“Community Association Q&A: Can An HOA Director Be Recalled?,” Naples Daily News

“Community Association Q&A: Can An HOA Director Be Recalled?,” Naples Daily News

hand picking up a red wooden figure, from a row of wooden figurinesQ: One of the directors on the board at my homeowners’ association needs to be removed. He is very belligerent to his fellow directors and other owners. He also rarely attends meetings and never contributes. What needs to happen under Florida law to get him off the board? C.S.

A: Section 720.303(10) of the Florida Homeowners Association Act states that the recall of a director requires the consent of a majority of the entire voting interests. There is usually one “voting interest” per home or lot.

Owner recall votes can be obtained via written agreement/petition, or by conducting a vote at a membership meeting. There is no requirement to establish or prove “cause” as the basis for a recall. Details regarding the recall process and applicable procedures are outlined within the statute, which is readily available on-line.

Q: My condominium association adopted a large special assessment in 2019 to pay for replacement of the roofs. Under our condominium documents, the owners must approve any special assessments, which did happen. Approximately $50,000 in surplus funds was left over from this special assessment after the roofing project was completed last year.

At a recent meeting the board announced that they are going to spend this surplus money on upgrading the landscaping. Don’t the surplus funds left over from the special assessment have to be returned to the owners? A.E.

A: Section 718.116(10) of the Florida Condominium Act states that the funds collected pursuant to a special assessment shall be used only for the specific purpose or purposes identified in the notice sent to the owners. Further, upon completion of such specific purpose or purposes, any excess funds will be considered common surplus, and may, at the discretion of the board, either be returned to the unit owners or applied as a credit toward future assessments.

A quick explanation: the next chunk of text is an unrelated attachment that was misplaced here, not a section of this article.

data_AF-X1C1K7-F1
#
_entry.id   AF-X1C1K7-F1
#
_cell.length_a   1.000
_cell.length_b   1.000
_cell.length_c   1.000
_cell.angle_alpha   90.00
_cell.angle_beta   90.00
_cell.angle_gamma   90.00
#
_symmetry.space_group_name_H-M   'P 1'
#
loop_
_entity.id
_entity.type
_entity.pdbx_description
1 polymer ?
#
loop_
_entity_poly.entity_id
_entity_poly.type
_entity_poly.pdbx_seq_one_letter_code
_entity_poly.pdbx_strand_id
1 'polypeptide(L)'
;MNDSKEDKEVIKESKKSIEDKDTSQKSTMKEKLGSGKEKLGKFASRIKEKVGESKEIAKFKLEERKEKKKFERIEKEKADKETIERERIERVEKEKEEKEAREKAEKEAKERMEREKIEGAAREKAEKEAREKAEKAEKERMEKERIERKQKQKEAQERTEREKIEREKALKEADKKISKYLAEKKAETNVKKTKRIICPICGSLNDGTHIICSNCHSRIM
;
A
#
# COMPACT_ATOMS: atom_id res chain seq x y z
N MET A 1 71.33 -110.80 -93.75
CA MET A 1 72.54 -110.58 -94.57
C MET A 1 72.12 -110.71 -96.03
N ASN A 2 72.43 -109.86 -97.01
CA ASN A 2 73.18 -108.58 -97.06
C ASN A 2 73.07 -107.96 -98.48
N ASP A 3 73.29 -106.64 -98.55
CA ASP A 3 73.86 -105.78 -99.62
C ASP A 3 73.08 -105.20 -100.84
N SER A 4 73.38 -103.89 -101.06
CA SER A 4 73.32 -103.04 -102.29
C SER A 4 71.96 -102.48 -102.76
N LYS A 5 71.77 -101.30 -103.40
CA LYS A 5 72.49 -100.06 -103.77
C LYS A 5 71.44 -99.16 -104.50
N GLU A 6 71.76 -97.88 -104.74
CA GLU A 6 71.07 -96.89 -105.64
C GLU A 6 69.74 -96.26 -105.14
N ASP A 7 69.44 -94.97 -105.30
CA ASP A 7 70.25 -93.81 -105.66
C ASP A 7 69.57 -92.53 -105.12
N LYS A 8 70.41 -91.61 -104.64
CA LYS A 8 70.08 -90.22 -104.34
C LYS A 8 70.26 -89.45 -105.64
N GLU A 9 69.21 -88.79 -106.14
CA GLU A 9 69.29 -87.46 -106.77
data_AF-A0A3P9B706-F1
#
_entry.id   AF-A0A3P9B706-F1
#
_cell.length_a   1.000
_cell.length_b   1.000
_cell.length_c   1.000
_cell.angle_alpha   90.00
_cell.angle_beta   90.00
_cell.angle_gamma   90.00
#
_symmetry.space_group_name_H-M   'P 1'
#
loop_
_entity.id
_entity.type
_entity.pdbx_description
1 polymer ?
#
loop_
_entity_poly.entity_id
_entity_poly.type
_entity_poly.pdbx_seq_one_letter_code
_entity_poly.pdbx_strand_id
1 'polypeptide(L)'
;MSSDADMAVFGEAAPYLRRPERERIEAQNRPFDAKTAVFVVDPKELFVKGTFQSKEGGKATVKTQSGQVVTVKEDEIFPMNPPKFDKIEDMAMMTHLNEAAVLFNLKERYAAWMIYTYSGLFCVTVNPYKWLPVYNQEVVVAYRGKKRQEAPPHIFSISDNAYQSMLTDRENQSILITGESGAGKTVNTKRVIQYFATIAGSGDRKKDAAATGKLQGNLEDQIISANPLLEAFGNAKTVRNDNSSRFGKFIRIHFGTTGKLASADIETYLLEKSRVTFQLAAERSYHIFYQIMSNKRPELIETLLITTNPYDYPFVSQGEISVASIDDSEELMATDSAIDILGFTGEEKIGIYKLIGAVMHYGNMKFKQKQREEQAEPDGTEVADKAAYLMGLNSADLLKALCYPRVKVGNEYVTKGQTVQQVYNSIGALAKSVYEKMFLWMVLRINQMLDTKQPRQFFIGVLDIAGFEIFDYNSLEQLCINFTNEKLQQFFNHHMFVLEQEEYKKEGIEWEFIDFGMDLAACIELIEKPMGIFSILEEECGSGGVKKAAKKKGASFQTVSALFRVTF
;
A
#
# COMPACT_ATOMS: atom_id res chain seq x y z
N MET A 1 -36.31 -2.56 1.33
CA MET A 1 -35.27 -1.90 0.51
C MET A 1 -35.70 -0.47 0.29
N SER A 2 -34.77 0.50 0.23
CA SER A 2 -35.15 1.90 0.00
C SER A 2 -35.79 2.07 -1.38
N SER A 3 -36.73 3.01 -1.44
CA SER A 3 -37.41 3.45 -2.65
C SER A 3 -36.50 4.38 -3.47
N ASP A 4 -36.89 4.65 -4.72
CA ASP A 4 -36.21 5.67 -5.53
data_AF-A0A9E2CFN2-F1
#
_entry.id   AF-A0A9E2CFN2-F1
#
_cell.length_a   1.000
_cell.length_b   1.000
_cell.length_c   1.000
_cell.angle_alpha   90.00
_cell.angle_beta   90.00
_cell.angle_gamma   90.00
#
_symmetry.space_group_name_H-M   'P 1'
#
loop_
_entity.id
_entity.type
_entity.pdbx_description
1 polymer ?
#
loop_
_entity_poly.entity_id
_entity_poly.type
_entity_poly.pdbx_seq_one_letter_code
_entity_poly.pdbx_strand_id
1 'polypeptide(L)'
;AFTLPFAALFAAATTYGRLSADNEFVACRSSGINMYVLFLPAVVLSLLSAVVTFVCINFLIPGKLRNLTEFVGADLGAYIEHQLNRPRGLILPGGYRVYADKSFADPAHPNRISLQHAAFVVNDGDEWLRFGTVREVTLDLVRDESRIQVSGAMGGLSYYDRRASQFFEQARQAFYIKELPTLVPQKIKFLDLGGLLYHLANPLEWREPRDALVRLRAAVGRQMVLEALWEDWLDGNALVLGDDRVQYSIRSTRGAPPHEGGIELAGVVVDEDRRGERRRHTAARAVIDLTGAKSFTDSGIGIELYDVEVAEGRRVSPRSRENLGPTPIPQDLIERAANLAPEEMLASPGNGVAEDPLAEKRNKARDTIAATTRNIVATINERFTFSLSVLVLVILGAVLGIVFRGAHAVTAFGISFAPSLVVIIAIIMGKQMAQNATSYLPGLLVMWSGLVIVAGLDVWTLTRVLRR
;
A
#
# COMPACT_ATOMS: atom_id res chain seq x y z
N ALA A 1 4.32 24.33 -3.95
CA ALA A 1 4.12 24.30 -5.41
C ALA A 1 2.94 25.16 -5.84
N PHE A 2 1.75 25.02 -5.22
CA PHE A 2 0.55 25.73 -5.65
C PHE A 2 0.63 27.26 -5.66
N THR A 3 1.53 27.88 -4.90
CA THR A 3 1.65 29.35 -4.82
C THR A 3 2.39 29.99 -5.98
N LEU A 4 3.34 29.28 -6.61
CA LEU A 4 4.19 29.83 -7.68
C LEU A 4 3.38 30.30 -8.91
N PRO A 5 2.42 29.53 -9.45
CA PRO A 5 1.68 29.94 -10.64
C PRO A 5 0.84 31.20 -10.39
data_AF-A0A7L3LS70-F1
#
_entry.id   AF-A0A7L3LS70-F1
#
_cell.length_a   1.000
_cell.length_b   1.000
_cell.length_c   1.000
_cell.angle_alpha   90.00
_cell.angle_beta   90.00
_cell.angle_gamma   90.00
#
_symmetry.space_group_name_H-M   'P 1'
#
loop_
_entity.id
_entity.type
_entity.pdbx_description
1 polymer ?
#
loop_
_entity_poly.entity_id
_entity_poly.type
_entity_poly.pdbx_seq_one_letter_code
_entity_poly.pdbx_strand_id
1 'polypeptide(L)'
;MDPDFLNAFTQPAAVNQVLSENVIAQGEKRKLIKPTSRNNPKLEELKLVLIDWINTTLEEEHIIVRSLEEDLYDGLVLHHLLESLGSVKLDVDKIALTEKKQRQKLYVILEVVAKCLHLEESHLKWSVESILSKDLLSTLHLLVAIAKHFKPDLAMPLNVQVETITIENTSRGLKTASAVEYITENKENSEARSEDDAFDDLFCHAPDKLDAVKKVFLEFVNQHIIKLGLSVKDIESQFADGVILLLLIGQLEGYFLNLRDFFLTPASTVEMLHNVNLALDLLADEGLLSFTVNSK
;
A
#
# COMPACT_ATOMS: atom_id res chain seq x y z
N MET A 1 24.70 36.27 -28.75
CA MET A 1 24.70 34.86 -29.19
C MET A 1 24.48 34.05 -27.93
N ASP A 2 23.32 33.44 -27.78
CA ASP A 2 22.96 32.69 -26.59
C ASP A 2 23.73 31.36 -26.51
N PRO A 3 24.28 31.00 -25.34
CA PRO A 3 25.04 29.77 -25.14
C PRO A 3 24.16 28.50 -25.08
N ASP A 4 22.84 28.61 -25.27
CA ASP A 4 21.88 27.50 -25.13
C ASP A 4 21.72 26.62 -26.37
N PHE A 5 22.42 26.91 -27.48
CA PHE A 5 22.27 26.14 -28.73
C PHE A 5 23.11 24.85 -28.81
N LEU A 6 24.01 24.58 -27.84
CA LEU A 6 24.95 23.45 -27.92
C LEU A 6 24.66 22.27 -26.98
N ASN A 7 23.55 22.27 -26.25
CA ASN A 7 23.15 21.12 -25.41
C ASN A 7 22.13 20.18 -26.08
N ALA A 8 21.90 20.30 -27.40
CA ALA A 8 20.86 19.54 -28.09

Based on the foregoing, it is contrary to Florida law for the board at your condominium association to spend the surplus funds on upgraded landscaping. Your board must return the $50,000 in surplus funds to the owners via direct refund or via a credit towards future assessments.

Q: I live in a cooperative and serve on the board. Our manager has been doing a poor job (e.g. missing meetings, failing to respond to e-mails, etc.). The board wants to terminate her, which I support. What do we need to do? P.D.

A: The first step is to find out if there is a written employment agreement with the manager. An employment agreement should address the termination process and procedure, including identifying how much advance written notice must be provided prior to the termination becoming effective. Many employment contracts contain different procedures when the termination is pursued “for cause.”

The board needs to closely review the terms of any employment agreement and also contact the association attorney for further assistance to ensure the termination is effective and legally binding. Under Florida law the board can discuss personnel matters, which would include whether to fire an employee, during a closed board meeting.

If there is no employment agreement it is important to note that Florida is an “at-will” state, which means that in most cases, Florida firing laws permit an employer to fire an employee without a contract at any time with or without cause.

To read the original Naples Daily News article, please click here.

David Muller is a Board-Certified Attorney in Condominium and Planned Development Law with Becker & Poliakoff, P.A. in Naples. Send questions to dmuller@beckerlawyers.com.